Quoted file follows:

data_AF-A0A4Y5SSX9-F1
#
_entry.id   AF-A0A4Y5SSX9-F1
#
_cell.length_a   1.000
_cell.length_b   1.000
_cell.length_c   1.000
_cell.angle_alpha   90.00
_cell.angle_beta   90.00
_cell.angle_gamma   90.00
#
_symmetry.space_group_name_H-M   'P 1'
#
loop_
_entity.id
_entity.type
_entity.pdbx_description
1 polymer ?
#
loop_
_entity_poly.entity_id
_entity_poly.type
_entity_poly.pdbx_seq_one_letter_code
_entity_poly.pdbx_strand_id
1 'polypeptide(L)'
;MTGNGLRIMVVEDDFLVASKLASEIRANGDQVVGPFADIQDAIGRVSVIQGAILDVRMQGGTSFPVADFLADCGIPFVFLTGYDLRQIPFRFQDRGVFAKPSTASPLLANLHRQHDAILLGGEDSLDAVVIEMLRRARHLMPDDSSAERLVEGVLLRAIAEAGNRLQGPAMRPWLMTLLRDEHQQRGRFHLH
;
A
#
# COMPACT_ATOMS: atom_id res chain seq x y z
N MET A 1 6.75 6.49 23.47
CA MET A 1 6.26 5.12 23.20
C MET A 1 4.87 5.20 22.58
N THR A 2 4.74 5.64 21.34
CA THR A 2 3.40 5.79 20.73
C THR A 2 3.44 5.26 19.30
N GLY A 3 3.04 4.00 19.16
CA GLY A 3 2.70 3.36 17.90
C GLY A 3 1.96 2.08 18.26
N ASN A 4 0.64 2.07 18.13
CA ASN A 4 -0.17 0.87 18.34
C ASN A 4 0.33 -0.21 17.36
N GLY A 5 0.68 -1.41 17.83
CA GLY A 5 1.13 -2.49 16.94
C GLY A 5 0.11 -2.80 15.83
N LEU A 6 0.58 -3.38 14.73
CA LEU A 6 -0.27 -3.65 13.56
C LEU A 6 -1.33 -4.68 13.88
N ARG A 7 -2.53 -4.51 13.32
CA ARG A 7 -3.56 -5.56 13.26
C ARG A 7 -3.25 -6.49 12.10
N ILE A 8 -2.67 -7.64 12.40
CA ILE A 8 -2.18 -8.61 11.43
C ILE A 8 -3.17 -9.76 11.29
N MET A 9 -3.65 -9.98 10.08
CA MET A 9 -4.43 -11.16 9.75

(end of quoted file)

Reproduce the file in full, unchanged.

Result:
data_AF-A0A4Y5SSX9-F1
#
_entry.id   AF-A0A4Y5SSX9-F1
#
_cell.length_a   1.000
_cell.length_b   1.000
_cell.length_c   1.000
_cell.angle_alpha   90.00
_cell.angle_beta   90.00
_cell.angle_gamma   90.00
#
_symmetry.space_group_name_H-M   'P 1'
#
loop_
_entity.id
_entity.type
_entity.pdbx_description
1 polymer ?
#
loop_
_entity_poly.entity_id
_entity_poly.type
_entity_poly.pdbx_seq_one_letter_code
_entity_poly.pdbx_strand_id
1 'polypeptide(L)'
;MTGNGLRIMVVEDDFLVASKLASEIRANGDQVVGPFADIQDAIGRVSVIQGAILDVRMQGGTSFPVADFLADCGIPFVFLTGYDLRQIPFRFQDRGVFAKPSTASPLLANLHRQHDAILLGGEDSLDAVVIEMLRRARHLMPDDSSAERLVEGVLLRAIAEAGNRLQGPAMRPWLMTLLRDEHQQRGRFHLH
;
A
#
# COMPACT_ATOMS: atom_id res chain seq x y z
N MET A 1 6.75 6.49 23.47
CA MET A 1 6.26 5.12 23.20
C MET A 1 4.87 5.20 22.58
N THR A 2 4.74 5.64 21.34
CA THR A 2 3.40 5.79 20.73
C THR A 2 3.44 5.26 19.30
N GLY A 3 3.04 4.00 19.16
CA GLY A 3 2.70 3.36 17.90
C GLY A 3 1.96 2.08 18.26
N ASN A 4 0.64 2.07 18.13
CA ASN A 4 -0.17 0.87 18.34
C ASN A 4 0.33 -0.21 17.36
N GLY A 5 0.68 -1.41 17.83
CA GLY A 5 1.13 -2.49 16.94
C GLY A 5 0.11 -2.80 15.83
N LEU A 6 0.58 -3.38 14.73
CA LEU A 6 -0.27 -3.65 13.56
C LEU A 6 -1.33 -4.68 13.88
N ARG A 7 -2.53 -4.51 13.32
CA ARG A 7 -3.56 -5.56 13.26
C ARG A 7 -3.25 -6.49 12.10
N ILE A 8 -2.67 -7.64 12.40
CA ILE A 8 -2.18 -8.61 11.43
C ILE A 8 -3.17 -9.76 11.29
N MET A 9 -3.65 -9.98 10.08
CA MET A 9 -4.43 -11.16 9.75